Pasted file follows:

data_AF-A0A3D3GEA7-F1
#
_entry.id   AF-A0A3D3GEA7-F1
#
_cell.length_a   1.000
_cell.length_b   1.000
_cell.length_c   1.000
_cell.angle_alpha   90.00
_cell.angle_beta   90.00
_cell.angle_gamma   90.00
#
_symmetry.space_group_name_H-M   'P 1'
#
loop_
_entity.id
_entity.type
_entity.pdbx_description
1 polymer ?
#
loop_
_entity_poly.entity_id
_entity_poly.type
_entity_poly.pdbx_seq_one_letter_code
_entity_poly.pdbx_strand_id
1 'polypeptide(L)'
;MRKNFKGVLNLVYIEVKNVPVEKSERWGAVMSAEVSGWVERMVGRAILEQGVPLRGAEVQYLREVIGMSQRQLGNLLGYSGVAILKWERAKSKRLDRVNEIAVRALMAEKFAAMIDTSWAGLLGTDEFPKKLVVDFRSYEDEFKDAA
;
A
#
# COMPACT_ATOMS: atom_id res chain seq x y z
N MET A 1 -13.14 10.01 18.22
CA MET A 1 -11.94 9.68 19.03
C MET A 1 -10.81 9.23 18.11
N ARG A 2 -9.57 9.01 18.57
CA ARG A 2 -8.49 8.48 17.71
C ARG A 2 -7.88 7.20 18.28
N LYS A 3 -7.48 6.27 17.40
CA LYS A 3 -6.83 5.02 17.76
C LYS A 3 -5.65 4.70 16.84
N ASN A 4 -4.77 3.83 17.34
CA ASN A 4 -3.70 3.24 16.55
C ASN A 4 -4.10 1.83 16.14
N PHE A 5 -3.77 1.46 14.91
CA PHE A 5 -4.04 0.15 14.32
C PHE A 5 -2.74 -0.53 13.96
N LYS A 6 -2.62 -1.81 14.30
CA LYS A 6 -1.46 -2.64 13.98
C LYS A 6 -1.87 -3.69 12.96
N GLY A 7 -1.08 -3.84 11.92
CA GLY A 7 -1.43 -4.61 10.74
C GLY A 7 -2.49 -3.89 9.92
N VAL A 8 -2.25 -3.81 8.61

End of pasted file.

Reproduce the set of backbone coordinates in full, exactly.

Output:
data_AF-A0A3D3GEA7-F1
#
_entry.id   AF-A0A3D3GEA7-F1
#
_cell.length_a   1.000
_cell.length_b   1.000
_cell.length_c   1.000
_cell.angle_alpha   90.00
_cell.angle_beta   90.00
_cell.angle_gamma   90.00
#
_symmetry.space_group_name_H-M   'P 1'
#
loop_
_entity.id
_entity.type
_entity.pdbx_description
1 polymer ?
#
loop_
_entity_poly.entity_id
_entity_poly.type
_entity_poly.pdbx_seq_one_letter_code
_entity_poly.pdbx_strand_id
1 'polypeptide(L)'
;MRKNFKGVLNLVYIEVKNVPVEKSERWGAVMSAEVSGWVERMVGRAILEQGVPLRGAEVQYLREVIGMSQRQLGNLLGYSGVAILKWERAKSKRLDRVNEIAVRALMAEKFAAMIDTSWAGLLGTDEFPKKLVVDFRSYEDEFKDAA
;
A
#
# COMPACT_ATOMS: atom_id res chain seq x y z
N MET A 1 -13.14 10.01 18.22
CA MET A 1 -11.94 9.68 19.03
C MET A 1 -10.81 9.23 18.11
N ARG A 2 -9.57 9.01 18.57
CA ARG A 2 -8.49 8.48 17.71
C ARG A 2 -7.88 7.20 18.28
N LYS A 3 -7.48 6.27 17.40
CA LYS A 3 -6.83 5.02 17.76
C LYS A 3 -5.65 4.70 16.84
N ASN A 4 -4.77 3.83 17.34
CA ASN A 4 -3.70 3.24 16.55
C ASN A 4 -4.10 1.83 16.14
N PHE A 5 -3.77 1.46 14.91
CA PHE A 5 -4.04 0.15 14.32
C PHE A 5 -2.74 -0.53 13.96
N LYS A 6 -2.62 -1.81 14.30
CA LYS A 6 -1.46 -2.64 13.98
C LYS A 6 -1.87 -3.69 12.96
N GLY A 7 -1.08 -3.84 11.92
CA GLY A 7 -1.43 -4.61 10.74
C GLY A 7 -2.49 -3.89 9.92
N VAL A 8 -2.25 -3.81 8.61